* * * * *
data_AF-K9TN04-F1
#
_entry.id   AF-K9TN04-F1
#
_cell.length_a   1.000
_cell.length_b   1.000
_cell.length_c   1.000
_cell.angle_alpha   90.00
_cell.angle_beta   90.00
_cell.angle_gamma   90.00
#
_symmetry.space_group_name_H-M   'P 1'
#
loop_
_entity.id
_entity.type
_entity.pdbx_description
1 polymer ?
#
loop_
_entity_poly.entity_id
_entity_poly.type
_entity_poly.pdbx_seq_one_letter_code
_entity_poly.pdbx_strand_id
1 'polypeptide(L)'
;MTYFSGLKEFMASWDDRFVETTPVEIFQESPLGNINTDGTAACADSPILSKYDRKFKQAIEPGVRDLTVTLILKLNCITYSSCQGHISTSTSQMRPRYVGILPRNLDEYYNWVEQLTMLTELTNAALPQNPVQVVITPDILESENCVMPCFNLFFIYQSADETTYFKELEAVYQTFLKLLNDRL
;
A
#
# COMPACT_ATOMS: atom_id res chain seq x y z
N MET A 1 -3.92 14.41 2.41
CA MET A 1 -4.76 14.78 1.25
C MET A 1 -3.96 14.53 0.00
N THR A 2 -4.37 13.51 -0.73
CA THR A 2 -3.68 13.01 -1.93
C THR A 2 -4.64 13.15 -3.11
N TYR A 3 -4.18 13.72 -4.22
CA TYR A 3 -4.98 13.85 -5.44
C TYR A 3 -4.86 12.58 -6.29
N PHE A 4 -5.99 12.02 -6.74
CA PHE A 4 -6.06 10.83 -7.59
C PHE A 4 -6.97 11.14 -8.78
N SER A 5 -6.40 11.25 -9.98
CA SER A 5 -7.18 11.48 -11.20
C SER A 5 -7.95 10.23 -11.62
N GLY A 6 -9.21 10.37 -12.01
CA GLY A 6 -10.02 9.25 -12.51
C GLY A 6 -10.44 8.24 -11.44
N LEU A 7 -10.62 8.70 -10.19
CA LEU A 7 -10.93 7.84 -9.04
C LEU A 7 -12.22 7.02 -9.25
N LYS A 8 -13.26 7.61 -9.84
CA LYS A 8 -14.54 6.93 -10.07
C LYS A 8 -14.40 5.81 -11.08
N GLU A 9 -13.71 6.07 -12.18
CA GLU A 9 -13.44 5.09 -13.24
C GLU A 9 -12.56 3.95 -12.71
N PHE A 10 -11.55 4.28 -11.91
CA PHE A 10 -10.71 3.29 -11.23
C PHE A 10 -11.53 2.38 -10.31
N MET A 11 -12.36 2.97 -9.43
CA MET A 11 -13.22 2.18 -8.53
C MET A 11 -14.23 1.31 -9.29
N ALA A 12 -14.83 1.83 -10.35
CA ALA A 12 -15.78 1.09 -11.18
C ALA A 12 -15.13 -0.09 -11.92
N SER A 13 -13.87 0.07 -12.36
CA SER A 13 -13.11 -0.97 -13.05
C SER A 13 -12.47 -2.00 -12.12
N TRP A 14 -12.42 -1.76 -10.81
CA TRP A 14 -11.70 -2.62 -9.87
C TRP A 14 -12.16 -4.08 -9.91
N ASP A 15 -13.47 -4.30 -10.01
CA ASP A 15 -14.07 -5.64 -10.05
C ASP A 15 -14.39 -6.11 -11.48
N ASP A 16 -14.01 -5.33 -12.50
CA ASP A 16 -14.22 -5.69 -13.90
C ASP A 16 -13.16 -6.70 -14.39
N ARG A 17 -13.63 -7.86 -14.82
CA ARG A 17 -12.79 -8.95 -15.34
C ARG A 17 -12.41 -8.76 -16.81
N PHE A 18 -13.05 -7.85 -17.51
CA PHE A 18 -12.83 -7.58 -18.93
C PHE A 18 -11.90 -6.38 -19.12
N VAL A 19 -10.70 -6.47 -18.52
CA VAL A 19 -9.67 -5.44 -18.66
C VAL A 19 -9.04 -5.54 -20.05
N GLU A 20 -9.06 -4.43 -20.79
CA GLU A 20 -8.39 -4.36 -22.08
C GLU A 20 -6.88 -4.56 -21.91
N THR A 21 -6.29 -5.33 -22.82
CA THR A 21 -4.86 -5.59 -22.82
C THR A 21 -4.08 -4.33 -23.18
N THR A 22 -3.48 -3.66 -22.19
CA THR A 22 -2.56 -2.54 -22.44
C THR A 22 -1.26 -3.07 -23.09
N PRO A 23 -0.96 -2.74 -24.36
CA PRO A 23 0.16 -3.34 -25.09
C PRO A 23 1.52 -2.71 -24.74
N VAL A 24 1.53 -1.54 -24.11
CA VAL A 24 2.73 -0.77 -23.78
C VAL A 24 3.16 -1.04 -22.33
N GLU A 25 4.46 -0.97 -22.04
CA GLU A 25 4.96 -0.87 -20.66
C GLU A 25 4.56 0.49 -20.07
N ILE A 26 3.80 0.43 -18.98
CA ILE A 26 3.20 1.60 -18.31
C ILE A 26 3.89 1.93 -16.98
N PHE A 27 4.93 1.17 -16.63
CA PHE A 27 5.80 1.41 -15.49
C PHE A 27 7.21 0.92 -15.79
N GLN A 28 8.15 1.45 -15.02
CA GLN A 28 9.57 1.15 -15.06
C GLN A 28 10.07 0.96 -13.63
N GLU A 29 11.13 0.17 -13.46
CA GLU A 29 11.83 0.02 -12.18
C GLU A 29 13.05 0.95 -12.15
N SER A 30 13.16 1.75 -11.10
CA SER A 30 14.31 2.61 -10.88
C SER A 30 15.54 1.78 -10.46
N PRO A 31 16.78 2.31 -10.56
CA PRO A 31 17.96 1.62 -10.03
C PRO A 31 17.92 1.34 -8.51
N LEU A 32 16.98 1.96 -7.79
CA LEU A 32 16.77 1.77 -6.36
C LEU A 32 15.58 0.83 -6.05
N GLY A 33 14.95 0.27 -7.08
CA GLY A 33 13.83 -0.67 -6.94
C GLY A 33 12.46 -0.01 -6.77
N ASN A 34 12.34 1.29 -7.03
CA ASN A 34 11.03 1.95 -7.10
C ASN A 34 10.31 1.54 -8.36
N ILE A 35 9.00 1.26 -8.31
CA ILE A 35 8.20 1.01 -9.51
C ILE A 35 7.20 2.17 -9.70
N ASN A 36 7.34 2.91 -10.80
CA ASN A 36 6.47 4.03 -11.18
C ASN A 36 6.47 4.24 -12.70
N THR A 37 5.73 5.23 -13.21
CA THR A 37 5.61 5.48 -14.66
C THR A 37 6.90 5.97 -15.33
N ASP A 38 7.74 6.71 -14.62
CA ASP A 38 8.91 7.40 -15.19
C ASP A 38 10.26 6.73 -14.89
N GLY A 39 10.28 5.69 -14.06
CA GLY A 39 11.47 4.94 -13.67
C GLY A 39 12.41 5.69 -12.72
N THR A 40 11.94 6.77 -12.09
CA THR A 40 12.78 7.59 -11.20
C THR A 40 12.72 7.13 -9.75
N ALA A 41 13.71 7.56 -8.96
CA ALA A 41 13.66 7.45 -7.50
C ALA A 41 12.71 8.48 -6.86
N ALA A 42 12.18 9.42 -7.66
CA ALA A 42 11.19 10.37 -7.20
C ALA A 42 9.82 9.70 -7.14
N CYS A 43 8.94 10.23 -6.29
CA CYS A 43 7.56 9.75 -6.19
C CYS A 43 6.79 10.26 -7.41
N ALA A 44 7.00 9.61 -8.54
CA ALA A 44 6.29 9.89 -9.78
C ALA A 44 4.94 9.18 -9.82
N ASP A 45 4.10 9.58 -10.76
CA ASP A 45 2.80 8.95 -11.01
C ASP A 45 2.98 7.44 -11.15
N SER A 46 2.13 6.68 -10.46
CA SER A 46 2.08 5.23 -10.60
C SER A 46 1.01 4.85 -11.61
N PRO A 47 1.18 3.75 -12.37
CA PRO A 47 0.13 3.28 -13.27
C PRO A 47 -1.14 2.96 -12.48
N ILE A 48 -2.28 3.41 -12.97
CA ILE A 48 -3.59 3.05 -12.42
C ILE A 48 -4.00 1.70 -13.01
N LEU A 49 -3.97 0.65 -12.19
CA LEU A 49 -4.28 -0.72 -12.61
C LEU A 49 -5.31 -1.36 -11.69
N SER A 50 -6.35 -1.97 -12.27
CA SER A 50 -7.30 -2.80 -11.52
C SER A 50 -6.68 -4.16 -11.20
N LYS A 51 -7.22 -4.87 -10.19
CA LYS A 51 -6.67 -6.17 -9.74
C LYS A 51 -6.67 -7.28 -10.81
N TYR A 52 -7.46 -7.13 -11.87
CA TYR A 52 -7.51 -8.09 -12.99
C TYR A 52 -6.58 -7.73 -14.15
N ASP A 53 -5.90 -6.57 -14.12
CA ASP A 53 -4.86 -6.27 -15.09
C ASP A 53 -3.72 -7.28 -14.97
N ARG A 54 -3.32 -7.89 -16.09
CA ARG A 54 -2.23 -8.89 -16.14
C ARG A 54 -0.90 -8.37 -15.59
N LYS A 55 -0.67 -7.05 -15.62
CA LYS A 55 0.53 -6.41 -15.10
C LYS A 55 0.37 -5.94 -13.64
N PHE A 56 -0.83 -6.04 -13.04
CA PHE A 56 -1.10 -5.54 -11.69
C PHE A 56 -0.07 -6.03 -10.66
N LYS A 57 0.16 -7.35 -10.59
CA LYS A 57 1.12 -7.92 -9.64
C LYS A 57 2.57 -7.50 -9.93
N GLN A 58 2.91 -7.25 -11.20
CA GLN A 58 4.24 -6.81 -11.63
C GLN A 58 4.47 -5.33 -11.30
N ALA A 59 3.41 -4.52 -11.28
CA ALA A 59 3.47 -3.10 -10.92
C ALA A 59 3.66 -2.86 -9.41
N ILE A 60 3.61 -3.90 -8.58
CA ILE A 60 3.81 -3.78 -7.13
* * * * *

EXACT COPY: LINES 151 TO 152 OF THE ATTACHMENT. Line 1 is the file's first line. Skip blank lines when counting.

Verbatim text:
N ALA A 41 13.71 7.56 -8.96
CA ALA A 41 13.66 7.45 -7.50